A Party & a Love Affair
I’m reading Give Us a Kiss by Daniel Woodrell (of Winter’s Bone fame; in fact, it was the film that introduced me to him). The novel isn’t autobiographical, but Woodrell does populate it with his history, including memories (real or imagined, it hardly matters) of time spent in Iowa City at the Workshop. Woodrell enshrines Iowa City at its most… intoxicating:
We’d met at a party, too, only it was a very large and nasty party, lots of fun. That had been in Iowa City (Fuck City in that era), Iowa, grad-school days. The party took place in an old sagging Victorian, a former bordello of many rooms, on Clinton Street next to the railroad tracks. [That’s right about here, just south of the post office; I suspect Woodrell moved the building he was really referring to.] One of the rooms had been mine. Over two hundred people were partying in the house, and I’d been tracking Lizbeth for quite a while before I edged through the crowd and got next to her. She was in the poetry workshop, I knew that, and she made the saliva sizzle on my tongue. I got next to her finally up against a wall in the formal dining room, a huge open space crammed with dancers who made the windows rattle. Lizbeth held a pint of the Glenlivet and stared at one of the faculty honchos who was trying to wrangle a dance with a girl poet who didn’t like boys, and he was quite comical, charging his boyish charm relentlessly into the stone wall of her sexual preference.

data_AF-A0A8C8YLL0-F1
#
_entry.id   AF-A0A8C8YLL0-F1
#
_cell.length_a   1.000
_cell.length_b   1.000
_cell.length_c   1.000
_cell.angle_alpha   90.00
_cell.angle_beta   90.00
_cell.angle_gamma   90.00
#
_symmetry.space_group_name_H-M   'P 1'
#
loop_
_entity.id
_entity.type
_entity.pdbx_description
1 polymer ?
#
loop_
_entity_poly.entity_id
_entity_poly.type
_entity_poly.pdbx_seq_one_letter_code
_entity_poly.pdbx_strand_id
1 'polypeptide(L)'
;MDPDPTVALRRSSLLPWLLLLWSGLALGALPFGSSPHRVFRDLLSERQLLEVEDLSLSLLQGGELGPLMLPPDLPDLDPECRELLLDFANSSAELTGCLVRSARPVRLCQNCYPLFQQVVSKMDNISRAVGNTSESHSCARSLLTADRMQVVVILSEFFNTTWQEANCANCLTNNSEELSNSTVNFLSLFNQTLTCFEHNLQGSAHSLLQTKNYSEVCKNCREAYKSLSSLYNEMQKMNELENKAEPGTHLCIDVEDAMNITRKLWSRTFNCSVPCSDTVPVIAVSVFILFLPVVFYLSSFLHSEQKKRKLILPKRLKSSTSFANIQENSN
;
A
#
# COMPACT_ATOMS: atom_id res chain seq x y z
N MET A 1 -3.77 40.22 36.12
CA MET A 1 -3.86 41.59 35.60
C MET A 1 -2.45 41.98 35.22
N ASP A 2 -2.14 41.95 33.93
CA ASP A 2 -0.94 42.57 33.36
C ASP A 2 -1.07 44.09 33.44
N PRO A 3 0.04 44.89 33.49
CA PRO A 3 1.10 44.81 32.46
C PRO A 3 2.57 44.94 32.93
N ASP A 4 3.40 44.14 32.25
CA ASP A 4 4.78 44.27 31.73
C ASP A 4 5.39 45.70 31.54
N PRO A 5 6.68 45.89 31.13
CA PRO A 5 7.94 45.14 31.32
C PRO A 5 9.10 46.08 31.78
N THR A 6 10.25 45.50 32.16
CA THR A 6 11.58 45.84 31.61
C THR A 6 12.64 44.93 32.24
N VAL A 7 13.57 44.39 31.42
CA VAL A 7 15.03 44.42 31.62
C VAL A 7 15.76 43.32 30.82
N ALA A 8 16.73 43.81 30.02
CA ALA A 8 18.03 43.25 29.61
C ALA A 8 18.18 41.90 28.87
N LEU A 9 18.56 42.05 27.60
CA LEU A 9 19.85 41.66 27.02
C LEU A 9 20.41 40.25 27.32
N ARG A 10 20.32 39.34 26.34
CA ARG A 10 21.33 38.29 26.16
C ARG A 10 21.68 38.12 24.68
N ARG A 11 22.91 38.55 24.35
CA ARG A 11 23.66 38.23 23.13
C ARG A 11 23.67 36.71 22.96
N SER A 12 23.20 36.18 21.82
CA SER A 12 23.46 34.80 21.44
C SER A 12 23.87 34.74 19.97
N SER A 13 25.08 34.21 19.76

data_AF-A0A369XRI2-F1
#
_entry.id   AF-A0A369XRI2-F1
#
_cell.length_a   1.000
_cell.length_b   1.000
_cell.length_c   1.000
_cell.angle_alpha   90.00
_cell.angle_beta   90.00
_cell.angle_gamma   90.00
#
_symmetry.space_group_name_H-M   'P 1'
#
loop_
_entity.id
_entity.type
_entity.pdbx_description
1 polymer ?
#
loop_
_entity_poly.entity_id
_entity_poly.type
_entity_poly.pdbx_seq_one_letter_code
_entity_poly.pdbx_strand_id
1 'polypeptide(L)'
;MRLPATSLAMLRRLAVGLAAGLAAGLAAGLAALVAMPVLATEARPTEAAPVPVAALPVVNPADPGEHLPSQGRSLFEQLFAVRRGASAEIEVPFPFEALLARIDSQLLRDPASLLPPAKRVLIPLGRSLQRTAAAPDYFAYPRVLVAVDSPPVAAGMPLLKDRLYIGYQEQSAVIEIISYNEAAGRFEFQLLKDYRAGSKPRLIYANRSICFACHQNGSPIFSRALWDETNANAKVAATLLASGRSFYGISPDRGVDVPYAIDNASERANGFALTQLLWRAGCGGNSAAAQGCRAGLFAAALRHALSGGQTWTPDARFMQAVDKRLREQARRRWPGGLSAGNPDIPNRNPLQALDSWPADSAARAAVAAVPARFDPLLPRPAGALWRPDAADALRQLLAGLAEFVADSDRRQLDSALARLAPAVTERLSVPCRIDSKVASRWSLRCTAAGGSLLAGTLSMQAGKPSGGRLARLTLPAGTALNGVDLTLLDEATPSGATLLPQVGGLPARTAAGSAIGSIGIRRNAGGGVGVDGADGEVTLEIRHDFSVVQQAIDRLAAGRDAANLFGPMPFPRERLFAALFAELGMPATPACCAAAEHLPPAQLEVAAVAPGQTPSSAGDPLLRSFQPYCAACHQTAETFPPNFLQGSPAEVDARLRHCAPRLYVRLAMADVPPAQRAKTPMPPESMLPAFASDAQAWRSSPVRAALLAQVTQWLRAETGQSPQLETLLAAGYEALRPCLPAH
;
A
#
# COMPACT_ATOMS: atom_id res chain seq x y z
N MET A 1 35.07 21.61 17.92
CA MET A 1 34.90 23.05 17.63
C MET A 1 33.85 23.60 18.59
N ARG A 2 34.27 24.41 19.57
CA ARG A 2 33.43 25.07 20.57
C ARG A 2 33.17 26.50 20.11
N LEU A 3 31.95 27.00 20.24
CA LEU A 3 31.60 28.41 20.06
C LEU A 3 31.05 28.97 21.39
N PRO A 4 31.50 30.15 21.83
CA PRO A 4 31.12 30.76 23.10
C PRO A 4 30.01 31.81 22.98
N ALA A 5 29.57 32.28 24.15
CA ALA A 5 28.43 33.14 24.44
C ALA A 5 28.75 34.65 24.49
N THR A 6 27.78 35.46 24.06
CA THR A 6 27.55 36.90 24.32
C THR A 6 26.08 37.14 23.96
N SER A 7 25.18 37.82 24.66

Lizbeth eventually took her eyes from him, looked at me briefly, a mere glance, then said, “You think I have to fuck him to get a fellowship?”
Sex, a wild party, alcohol (and later drugs), a lecherous professor: These tropes to describe Iowa City are bread and butter for Workshop graduates. Surely it’s stuff like this as much as any professional reputation City of Literature yadda yadda that keeps writers coming here. A party and a love affair is what the Workshop gives you, and that, so it goes, is enough. No need to contradict me—I know I’m right about this.